JLA: Trial by Fire review

April 27, 2005

I'm trying to figure out why I just didn't like JLA: Trial by Fire as much as JLA: The Obsidian Age. And hopefully I've praised Joe Kelly enough that everyone understands that I mean no offense when I say that, even on the second reading, JLA: Trial by Fire just falls flat for me. It's truly strange, because I think The Obsidian Age, and even JLA: Rules of Engagement are true classics, but when it comes to Trial by Fire ... nothin'.

It could, first of all, be the Martians. When Grant Morrison first introduced the White Martians back in the beginning of JLA, I thought the whole Martians/Hyperclan thing was pretty cool. And the time they came back and impersonated Bruce Wayne wasn't too shabby, either. But maybe I just have bad memories of Bryan Hitch being replaced by a fill-in artist at the end of Mark Waid's run, where White Martians weren't a lot more than "we're bad guys, booga-wooga, fear us," but at some point White Martians stopped being scary to me and started being stock. And now here's a Burning Martian, who — as opposed to Ganamae and her secret, hidden, plan — is just pissed at the world and not afraid to show it. Which isn't as intriguing a villain for me.

Maybe's it's the whole "is this J'onn, is this not J'onn" bit. As much as I liked the bits in J'onn's head (does anyone else really dig the new Leaguers, especially Major Disaster, Faith, and Manitou Raven? That JLA Elite trade paperback can't get here fast enough. Every scene with them just sings), but me, I prefer the "let's go rescue Aquaman" JLA to the "woe is us, J'onn J'onzz is our soul and he might be evil" JLA. And yeah, maybe Trial by Fire's pathos is better than The Obsidian Age's gung-ho superheroics. But I thought The Obsidian Age had some pretty good pathos, what with Green Lantern's premonitions of death, without my feeling like Superman needed a little less concern, a little more action.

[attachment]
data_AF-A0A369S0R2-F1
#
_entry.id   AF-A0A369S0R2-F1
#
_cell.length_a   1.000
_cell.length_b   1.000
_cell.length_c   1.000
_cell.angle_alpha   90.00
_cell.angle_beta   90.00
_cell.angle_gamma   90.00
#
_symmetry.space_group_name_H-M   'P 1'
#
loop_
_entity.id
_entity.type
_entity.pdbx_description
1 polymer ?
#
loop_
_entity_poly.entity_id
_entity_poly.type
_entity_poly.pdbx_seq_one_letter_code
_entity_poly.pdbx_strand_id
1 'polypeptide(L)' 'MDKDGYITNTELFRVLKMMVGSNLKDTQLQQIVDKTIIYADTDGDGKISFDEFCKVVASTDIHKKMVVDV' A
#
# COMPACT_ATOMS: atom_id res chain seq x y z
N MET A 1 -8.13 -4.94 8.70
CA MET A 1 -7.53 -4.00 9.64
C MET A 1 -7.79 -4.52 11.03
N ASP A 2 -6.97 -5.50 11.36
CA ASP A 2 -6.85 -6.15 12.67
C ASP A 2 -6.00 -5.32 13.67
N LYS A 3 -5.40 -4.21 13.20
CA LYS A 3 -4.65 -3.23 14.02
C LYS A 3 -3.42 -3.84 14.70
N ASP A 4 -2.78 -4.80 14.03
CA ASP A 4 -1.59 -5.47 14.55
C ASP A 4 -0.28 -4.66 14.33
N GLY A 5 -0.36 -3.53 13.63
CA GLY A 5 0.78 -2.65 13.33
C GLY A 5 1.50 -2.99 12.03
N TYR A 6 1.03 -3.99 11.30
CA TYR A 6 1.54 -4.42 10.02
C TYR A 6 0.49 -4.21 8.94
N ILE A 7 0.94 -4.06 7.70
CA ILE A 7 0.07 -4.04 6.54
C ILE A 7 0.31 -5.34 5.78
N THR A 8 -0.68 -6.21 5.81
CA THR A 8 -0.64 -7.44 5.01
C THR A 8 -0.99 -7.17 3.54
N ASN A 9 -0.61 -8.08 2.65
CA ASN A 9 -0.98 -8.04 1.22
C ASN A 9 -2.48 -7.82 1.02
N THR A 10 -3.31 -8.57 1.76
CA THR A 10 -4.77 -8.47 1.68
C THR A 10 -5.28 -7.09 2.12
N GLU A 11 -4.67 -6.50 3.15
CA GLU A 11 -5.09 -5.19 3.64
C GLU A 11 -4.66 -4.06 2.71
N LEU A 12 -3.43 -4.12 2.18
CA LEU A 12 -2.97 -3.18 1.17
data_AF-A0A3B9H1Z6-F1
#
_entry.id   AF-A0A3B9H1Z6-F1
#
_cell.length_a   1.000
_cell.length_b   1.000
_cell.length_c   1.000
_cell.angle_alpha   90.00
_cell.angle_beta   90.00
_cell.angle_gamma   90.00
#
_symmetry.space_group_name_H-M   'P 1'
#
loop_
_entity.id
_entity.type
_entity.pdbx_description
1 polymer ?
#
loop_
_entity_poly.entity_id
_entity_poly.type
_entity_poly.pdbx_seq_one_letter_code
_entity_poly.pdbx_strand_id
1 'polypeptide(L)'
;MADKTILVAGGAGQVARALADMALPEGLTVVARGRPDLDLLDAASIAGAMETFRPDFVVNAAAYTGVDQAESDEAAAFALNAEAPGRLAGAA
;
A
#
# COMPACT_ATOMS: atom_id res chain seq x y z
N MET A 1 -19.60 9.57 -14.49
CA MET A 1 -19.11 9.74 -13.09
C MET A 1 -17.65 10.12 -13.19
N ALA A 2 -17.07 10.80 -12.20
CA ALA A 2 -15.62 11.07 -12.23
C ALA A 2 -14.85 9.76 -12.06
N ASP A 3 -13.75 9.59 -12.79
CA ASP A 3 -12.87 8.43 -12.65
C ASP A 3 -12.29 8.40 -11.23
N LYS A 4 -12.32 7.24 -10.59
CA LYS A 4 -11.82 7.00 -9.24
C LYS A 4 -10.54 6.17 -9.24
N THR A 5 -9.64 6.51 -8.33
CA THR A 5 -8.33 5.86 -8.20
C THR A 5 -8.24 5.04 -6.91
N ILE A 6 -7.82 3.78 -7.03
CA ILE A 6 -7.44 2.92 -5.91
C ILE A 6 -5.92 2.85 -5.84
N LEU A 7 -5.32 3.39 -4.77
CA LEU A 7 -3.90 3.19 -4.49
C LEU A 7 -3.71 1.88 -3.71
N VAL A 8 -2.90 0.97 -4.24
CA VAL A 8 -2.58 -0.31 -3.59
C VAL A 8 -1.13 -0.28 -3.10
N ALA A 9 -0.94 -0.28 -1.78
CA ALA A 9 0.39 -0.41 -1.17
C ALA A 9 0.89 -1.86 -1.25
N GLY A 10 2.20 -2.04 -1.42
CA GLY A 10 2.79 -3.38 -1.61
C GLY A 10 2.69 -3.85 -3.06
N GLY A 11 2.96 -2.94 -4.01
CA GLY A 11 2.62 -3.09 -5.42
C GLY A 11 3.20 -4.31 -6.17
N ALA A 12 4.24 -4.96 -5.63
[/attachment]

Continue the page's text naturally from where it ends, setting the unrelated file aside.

And in the end, maybe Trial by Fire was a little too earthbound for me. Now, I'm all for massive coastal destruction, but that's nothing compared to time-spanning master plans. Maybe all good JLA stories involve alternate timelines/dimensions — who knows? But give me 3,000 year-old schemes versus a 3,000-foot Plastic Man, and the time travel wins every time.

Which is not to say that Trial by Fire didn't have it's good points. To wit: the freaky bit where Firestorm gets slammed by a giant hand on the moon, Green Lantern busting in to Manitou Raven's hut, Major Disaster living in a trailer in the desert, the whole Vandal Savage/Guardians of the Universe mystery, the Burning cleaning up the White Martians (it was a cool scene), the Atom getting chewed on by Krypto, and Batman with Plastic Man's son, to name a few. So take it as it comes — I still say Joe Kelly's JLA run ended much too soon.

Now, however, I'm on to JLA: The Tenth Circle, followed by JLA: Pain of the Gods. Hey, someone who read JLA #100, drop me a line. I have a question — does the JLA disband at the end of that issue (so Pain of the Gods starts without a League in effect?)? Because I saw a mention along these lines in Wizard, but I think they got it wrong. Let me know — thanks!


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